The Sanctuary of Loyola or ‘’’Sanctuary of Loiola’’’ Shrine and Basilica of Loyola (Spanish : Santuario de Loyola; Basque : Loiolako Santutegia) consists of a series of edifices built in Churrigueresque Baroque style around the birthplace of St. Ignatius of Loyola, founder of the Society of Jesus.
The sanctuary stands along the river Urola at the neighbourhood of Loyola (Loiola, a place-name meaning 'foundry made of clay', or possibly 'hut made of clay'[ citation needed ]) in the municipality of Azpeitia, Basque Country, Spain.
Ignatius of Loyola, whose real name was Iñigo López de Loyola, was the son of the Lord of Loyola, Beltrán Ibáñez de Oñazand Marina Sánchez de Licona, member of an important Biscayan family. He was born in 1491 in his family house in Loyola.
After he died his birthplace became a place of veneration.In the seventeenth century the house where he was born was given to the Society of Jesus. The Order built there, near the birthplace of its founder, the Sanctuary of Loyola.
In 1900 the Society commissioned an altar for the sanctuary, employing metalwork artist Plácido Zuloaga, who had won international success creating intricate artworks by damascening, a technique which inlays gold and silver into iron. Zuloaga's iron structure houses panels depicting the life of St. Ignatius, and supports a damascened crucifix and candlesticks from the workshop of José Felipe Artamendi.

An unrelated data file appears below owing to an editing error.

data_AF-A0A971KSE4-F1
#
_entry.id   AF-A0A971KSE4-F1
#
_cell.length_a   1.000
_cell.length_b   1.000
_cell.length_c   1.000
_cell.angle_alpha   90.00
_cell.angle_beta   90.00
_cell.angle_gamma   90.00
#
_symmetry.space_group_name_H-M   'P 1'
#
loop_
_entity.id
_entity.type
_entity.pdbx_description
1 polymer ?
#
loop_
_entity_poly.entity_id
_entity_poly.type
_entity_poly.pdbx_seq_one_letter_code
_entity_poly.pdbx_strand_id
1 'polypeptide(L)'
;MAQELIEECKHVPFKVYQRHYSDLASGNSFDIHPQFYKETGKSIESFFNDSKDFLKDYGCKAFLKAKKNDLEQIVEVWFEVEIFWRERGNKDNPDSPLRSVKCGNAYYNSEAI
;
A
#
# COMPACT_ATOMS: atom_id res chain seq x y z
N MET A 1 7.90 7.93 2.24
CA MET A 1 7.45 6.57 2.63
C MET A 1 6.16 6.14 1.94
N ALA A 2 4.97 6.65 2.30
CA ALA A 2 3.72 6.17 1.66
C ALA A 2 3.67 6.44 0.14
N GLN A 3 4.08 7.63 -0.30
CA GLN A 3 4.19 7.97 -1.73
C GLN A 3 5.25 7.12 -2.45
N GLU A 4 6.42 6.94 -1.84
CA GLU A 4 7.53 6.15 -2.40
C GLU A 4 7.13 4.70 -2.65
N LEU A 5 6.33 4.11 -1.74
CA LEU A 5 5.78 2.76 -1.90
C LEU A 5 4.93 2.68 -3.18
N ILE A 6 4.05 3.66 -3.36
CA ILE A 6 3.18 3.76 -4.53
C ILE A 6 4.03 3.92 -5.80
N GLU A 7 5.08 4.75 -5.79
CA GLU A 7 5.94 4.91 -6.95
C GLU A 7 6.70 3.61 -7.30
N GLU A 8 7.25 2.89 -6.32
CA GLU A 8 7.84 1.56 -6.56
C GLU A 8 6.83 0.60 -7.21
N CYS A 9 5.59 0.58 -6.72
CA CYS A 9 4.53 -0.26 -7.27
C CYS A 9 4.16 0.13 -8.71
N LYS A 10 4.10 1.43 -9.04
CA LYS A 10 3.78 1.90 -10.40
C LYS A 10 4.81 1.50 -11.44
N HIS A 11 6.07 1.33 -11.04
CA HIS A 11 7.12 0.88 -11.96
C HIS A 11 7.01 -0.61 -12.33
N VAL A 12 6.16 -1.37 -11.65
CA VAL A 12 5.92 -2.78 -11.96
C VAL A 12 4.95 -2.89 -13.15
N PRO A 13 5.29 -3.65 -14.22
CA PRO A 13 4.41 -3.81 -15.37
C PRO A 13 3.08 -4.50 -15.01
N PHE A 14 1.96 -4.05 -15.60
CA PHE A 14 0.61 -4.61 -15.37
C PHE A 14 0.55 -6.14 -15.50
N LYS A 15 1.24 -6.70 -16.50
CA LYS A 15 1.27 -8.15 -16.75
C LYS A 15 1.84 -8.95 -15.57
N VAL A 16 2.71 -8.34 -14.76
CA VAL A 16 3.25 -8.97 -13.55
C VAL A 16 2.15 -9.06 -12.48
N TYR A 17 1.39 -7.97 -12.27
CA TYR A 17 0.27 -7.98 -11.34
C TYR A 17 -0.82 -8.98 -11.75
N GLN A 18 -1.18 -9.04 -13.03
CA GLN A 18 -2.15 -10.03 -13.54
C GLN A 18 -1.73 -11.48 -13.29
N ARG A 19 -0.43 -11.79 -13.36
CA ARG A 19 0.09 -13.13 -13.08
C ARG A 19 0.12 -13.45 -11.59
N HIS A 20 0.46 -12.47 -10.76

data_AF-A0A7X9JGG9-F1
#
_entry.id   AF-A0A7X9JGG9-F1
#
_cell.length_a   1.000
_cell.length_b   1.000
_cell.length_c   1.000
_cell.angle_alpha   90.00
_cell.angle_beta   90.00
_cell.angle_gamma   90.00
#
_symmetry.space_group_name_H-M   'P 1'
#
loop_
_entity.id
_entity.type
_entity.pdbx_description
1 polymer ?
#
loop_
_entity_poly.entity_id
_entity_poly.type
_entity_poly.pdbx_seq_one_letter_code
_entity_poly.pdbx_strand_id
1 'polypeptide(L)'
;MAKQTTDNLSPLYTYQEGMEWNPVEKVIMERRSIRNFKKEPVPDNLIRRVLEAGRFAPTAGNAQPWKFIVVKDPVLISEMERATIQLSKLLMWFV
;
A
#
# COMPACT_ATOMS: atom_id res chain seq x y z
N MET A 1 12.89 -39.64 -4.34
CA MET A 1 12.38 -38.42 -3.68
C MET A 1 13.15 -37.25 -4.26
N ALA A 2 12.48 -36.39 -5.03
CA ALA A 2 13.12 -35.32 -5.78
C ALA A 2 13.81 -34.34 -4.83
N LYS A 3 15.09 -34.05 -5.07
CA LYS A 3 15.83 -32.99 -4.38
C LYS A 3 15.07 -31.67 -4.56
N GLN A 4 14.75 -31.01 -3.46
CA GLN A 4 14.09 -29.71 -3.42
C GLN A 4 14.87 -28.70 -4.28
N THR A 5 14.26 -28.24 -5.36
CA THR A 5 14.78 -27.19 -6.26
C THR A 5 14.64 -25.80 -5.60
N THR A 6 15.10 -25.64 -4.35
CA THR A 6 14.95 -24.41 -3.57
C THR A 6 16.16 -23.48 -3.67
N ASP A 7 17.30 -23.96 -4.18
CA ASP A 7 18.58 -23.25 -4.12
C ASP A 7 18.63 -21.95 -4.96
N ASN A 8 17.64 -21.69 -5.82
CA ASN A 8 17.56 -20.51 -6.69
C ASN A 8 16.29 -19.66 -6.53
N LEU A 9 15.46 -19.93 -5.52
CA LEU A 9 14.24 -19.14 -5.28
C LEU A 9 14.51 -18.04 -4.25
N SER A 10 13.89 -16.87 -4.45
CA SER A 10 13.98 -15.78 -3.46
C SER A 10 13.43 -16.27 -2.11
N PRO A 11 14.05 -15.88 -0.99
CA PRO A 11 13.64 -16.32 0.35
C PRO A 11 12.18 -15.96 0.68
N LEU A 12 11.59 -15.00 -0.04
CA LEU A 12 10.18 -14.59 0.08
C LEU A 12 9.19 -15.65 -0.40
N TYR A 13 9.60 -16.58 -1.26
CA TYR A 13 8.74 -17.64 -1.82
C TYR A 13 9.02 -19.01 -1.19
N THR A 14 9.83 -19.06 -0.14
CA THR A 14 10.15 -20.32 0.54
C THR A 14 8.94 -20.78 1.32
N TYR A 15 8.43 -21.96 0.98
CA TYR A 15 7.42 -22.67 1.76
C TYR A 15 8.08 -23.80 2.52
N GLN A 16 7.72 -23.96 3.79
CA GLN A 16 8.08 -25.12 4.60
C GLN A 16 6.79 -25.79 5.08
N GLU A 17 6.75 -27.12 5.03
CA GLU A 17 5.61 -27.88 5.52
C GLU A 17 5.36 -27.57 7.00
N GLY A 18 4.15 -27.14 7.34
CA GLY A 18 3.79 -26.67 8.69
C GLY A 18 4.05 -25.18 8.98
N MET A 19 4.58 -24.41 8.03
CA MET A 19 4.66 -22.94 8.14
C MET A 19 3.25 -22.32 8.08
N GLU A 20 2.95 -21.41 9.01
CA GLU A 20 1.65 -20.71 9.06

Ignacio Zuloaga y Zabaleta was a Spanish painter, born in Eibar (Guipuzcoa), near the monastery of Loyola.
Ignacio de Loyola is a 2016 Philippine historical biographical religious drama film directed by Paolo Dy in his directorial debut. It is based on the memoirs of Ignatius of Loyola, founder of the Jesuit order who was canonized as a saint in the Catholic Church. The film stars Andreas Muñoz, a Spanish actor who portrays the titular character in the film.
Loyola may refer to:
Gipuzkoa is a province of Spain and a historical territory of the autonomous community of the Basque Country. Its capital city is Donostia-San Sebastián. Gipuzkoa shares borders with the French department of Pyrénées-Atlantiques at the northeast, with the province and autonomous community of Navarre at east, Biscay at west, Álava at southwest and the Bay of Biscay to its north. It is located at the easternmost extreme of the Cantabric Sea, in the Bay of Biscay. It has 66 kilometres of coast land.
Ignacio López may refer to:
Azpeitia is a town and municipality within the province of Gipuzkoa, in the Basque Country, Spain, located on the Urola river a few kilometres east of Azkoitia. Its population is 14,580 (2014). It is located 41 kilometres southwest of Donostia/San Sebastián.